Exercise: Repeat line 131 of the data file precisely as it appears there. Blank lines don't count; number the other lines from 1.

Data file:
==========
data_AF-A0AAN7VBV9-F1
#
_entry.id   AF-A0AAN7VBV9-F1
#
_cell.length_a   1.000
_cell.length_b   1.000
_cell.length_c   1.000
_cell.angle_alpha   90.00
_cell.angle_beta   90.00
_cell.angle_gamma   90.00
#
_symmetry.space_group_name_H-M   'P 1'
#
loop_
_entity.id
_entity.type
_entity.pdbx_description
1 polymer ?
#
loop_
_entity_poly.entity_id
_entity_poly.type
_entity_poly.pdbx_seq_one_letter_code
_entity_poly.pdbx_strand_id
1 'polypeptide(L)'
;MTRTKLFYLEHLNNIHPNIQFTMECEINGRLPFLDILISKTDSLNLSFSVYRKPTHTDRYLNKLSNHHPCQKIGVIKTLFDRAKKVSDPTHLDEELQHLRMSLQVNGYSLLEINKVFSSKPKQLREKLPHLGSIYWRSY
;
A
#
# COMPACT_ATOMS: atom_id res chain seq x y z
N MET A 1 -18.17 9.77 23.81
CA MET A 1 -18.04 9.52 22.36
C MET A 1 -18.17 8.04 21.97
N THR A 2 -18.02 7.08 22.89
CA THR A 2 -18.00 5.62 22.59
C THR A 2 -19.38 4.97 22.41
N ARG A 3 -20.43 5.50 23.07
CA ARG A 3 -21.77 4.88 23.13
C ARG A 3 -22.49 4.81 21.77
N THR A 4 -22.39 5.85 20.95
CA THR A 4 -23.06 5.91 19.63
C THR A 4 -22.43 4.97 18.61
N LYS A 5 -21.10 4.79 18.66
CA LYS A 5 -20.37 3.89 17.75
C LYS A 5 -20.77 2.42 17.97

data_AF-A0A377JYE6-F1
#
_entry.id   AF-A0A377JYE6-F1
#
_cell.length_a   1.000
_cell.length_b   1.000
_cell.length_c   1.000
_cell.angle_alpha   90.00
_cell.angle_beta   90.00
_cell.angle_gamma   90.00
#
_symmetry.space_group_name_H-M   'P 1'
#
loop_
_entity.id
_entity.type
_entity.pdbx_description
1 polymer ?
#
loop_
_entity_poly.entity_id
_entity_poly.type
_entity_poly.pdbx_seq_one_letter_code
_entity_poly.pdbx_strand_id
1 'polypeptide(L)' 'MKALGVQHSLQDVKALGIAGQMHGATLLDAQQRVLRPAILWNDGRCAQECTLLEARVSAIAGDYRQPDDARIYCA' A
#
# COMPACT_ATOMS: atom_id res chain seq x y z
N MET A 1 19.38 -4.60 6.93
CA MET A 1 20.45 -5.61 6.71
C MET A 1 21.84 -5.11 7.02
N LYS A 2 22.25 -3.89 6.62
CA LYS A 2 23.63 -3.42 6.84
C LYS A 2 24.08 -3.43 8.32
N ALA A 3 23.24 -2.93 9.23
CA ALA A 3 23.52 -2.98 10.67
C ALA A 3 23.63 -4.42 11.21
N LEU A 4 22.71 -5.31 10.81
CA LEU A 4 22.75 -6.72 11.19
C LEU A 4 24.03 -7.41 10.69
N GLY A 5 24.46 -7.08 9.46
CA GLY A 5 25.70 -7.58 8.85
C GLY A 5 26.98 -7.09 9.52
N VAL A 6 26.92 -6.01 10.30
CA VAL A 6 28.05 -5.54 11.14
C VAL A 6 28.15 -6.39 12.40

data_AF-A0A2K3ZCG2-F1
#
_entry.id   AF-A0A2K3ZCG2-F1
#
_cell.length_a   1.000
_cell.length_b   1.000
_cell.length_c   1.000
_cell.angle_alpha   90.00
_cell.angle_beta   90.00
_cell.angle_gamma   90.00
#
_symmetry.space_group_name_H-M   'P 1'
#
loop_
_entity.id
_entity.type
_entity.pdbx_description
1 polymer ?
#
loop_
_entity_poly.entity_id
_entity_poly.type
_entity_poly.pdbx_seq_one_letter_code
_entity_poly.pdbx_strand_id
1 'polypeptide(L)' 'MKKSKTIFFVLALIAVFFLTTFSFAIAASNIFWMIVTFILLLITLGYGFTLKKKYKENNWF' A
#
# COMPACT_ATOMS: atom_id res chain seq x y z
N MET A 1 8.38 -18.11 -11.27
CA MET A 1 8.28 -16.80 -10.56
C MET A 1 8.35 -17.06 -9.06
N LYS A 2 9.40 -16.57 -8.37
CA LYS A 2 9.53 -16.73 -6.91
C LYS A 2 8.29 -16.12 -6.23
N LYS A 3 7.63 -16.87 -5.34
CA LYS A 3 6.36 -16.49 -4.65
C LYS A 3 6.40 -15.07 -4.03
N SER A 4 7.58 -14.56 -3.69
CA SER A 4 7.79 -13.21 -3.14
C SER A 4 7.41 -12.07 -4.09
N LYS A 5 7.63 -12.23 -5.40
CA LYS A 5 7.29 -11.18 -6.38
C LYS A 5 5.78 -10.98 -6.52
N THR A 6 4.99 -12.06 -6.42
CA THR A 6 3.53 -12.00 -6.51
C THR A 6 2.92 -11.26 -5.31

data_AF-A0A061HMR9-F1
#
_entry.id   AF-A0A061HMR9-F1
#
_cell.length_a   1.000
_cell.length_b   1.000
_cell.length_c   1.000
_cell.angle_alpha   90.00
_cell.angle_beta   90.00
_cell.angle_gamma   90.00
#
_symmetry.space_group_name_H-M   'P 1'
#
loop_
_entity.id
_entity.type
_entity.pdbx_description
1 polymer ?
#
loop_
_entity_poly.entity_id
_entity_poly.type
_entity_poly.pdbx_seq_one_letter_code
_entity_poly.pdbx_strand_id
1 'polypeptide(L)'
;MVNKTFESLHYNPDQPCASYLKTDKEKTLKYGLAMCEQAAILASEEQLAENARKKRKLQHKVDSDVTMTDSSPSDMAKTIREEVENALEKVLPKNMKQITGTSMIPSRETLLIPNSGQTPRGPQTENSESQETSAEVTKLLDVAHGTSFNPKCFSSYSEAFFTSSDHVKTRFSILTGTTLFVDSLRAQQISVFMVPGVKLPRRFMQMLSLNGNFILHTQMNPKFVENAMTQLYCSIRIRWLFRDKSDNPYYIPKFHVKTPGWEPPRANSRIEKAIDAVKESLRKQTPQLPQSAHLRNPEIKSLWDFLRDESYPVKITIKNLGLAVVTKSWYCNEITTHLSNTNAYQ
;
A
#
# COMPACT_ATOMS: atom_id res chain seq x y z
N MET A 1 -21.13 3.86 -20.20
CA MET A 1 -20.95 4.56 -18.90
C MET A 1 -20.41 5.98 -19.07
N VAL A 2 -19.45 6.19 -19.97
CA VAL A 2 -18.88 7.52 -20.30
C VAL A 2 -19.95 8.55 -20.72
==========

CA LYS A 5 7.29 -11.18 -6.38